Nonetheless, the Treasury Department has several options, known as extraordinary measures, to prevent default. These measures involve reallocating investments and using accounting techniques to redistribute funds. The federal government technically reached the debt limit in January, but these extraordinary measures have maintained payment flows since then. While experts cannot pinpoint an exact date for when funds will be exhausted, they can estimate a general range, which currently falls between early June and potentially as late as July or August.
Why is there a fight over it?
Debt has generally been viewed unfavorably in American politics, and lawmakers often hesitate to be seen as endorsing more federal borrowing or spending. Additionally, they tend to attach unrelated priorities to must-pass legislation, making the debt limit a prime target for political disputes.
As Maya MacGuineas, president of the Committee for a Responsible Federal Budget, explains, “Everybody uses [bills to increase] the debt ceiling for their favorite policies.” The real issue arises when discussions about defaulting become more serious. Historically, votes to raise the debt limit were relatively uneventful; however, the situation changed in 2011 when the US came dangerously close to default.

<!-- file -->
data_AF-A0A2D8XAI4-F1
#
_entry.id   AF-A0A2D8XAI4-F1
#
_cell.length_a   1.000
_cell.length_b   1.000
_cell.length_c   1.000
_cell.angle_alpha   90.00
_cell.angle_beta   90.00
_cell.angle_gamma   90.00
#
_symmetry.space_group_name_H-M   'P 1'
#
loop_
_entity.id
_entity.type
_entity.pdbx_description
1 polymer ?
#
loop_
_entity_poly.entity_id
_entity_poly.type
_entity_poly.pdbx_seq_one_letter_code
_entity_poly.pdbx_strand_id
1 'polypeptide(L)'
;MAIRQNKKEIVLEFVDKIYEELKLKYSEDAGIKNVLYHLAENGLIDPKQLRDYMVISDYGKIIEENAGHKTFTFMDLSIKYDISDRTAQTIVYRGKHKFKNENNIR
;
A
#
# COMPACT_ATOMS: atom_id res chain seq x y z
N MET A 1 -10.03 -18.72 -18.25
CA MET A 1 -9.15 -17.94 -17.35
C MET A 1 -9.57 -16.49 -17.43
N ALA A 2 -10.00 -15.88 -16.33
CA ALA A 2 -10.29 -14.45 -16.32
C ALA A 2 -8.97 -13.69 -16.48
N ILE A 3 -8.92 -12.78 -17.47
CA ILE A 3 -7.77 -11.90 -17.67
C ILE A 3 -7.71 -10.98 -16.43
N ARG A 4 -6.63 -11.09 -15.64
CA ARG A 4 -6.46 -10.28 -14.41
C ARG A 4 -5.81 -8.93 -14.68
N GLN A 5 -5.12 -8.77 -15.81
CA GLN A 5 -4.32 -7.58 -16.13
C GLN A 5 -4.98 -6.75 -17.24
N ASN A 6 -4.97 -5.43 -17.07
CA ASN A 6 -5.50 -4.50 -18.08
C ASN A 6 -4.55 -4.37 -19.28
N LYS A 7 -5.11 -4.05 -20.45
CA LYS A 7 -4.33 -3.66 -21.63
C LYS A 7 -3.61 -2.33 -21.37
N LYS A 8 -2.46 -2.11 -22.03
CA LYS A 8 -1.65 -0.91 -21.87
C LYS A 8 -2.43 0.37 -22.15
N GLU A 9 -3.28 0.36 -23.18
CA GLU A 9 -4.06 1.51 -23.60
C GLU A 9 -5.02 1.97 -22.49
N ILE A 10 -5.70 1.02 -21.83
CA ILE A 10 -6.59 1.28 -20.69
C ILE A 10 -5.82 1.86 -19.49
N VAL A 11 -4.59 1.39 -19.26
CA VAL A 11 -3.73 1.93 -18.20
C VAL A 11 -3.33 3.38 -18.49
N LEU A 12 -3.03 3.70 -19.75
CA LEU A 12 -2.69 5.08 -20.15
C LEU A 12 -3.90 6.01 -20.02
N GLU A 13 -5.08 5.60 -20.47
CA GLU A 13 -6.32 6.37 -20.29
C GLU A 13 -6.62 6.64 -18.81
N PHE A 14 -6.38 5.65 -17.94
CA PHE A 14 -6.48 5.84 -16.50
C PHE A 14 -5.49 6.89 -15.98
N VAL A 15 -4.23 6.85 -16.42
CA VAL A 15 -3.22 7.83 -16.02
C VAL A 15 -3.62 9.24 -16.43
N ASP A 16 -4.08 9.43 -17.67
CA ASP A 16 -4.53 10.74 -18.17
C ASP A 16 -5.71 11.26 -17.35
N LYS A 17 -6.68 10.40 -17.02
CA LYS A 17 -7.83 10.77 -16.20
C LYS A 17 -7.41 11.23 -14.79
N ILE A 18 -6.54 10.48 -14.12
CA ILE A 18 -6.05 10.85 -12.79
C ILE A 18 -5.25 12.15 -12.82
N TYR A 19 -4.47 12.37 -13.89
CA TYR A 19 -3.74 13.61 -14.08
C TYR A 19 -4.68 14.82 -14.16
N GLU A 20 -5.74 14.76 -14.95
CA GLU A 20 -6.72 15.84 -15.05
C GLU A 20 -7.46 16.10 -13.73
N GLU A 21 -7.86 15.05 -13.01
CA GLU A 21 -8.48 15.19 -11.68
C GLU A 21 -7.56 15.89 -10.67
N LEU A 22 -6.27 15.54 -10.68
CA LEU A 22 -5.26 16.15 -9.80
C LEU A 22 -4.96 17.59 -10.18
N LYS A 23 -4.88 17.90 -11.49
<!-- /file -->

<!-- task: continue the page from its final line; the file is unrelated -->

Mark Zandi, an analyst at Moody’s Analytics, notes that while there have been previous political battles over the debt, none were as risky or significant as the 2011 conflict. At that time, Republican House Speaker John Boehner (R-Ohio) and President Obama were in a standoff over spending. Republicans demanded deep spending cuts and caps on future spending growth, while Obama insisted on raising the debt limit without any extraneous policies – a clean increase.
Ultimately, Congress reached an agreement to increase the debt limit along with caps on future spending, but not before Standard & Poor’s downgraded the nation’s debt for the first time in history. Today’s situation bears a striking resemblance to the 2011 political struggle, raising serious concerns about the possibility of a default.
What could happen if it’s not raised?